History records and explains past events, while folklore preserves what people widely remember.
History and Folklore!
Do you like Greendale’s winding streets, the green spaces, the walking paths, and the parks? If so primarily you have Elbert Peets to thank. If not, you probably should consider moving to someplace that has a lot of asphalt and concrete. Elbert Peets was the landscape architect who created the initial design of Greendale in 1936. He believed in preserving as much of the natural features of the land as possible. The streets were planned to flow with the contours of the land. The houses were situated to take advantage of the open spaces, and the walkways placed to provide easy and safe access to Village businesses and recreation.
On April 30, 1935 as part of the “New Deal” policy President Roosevelt signed an executive order authorizing the creation of “Greenbelt Towns”. These towns were to be modeled after the English Garden communities. The Resettlement Administration was created to supervise this project. After a selection process that considered 100 cities, Milwaukee, Cincinnati and Washington, D.C. were selected for development. Each Greenbelt town had a planning team comprised of town planners, architects and engineers chosen by the Resettlement Administration. Greendale’s team was made up of executive in charge Fred Neumer; town planners Jacob Crane and Elbert Peets; architects Harry Bentley and Walter Thomas; and engineering designer Charlton Putnam.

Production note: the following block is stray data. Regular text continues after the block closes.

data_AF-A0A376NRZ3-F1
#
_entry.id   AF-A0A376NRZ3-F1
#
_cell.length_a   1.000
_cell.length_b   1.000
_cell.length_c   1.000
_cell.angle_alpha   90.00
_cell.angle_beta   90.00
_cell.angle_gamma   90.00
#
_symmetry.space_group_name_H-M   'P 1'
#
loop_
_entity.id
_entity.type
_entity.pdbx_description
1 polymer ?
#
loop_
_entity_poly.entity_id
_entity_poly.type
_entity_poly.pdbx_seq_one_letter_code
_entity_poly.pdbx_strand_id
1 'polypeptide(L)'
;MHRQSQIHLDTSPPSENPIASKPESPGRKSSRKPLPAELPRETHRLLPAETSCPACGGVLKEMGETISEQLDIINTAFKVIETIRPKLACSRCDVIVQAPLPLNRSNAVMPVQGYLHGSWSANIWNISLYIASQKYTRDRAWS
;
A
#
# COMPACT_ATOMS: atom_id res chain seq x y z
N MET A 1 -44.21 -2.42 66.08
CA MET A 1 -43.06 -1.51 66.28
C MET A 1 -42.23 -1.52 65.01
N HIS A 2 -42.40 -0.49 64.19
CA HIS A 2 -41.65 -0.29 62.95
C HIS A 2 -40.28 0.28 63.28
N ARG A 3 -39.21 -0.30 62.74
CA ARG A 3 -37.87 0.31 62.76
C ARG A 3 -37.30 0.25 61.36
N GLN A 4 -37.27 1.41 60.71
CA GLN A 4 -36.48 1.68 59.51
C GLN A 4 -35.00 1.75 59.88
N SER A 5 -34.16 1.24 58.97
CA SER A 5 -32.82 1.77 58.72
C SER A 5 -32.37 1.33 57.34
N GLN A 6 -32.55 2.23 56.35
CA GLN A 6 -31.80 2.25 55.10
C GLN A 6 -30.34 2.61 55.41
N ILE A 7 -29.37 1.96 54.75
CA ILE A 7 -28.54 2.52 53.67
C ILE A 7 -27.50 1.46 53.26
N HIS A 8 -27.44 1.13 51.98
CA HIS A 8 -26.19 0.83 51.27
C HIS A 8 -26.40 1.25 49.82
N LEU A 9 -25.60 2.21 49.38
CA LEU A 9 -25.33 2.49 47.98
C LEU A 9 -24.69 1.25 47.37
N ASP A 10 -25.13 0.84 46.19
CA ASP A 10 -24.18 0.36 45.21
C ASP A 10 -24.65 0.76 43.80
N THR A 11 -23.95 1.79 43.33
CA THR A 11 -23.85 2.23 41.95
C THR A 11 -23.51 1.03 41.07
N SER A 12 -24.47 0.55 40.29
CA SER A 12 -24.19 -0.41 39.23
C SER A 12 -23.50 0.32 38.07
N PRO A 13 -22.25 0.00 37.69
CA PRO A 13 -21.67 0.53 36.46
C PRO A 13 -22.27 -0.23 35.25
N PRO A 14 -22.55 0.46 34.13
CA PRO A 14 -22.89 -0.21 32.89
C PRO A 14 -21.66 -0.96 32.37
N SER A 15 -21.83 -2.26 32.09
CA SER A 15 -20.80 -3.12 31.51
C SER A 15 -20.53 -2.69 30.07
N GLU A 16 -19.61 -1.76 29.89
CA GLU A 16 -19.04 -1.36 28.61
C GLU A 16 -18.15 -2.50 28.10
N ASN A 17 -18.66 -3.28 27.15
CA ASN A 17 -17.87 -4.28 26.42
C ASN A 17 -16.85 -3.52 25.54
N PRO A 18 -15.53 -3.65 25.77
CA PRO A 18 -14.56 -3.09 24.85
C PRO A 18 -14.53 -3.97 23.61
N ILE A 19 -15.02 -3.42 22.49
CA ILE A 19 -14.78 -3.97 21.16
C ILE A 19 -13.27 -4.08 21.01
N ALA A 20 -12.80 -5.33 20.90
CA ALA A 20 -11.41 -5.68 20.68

Elbert Peets was born in Hudson, Ohio on May 5, 1886. He graduated from Western Reserve University in 1912 and earned a Master of Architecture degree from Harvard in 1915. After graduating he worked making plans for subdivisions, two of which were Kohler, Wisconsin and the Washington Highlands in Milwaukee. In 1935 Peets was working with the Cleveland City Planning Commission when he was hired by the Resettlement Administration in Washington. Because of his familiarity with Wisconsin he was appointed to be in charge of the initial design for Greendale.
As Greendale started expanding in the late 40’s and 50’s (see Week#72) Elbert Peets was once again called upon to consult with the design. The homes were more modern, but the bends in the streets, the green spaces, the walking paths, and the areas for parks remained a priority. His name is not one of the most recognizable in the history of Greendale, but his legacy will remain for as long as Greendale exists. The Greendale Historic District was placed on the National Park Service’s National Registry of Historic Places in 2005. Peets was a bachelor and passed away in 1968. But certainly he can be considered one of Greendale’s founding fathers. So unofficially, to commemorate his service in the design of Greendale, I’m declaring Father’s Day June 16th, 2012 as Elbert Peets day in Greendale.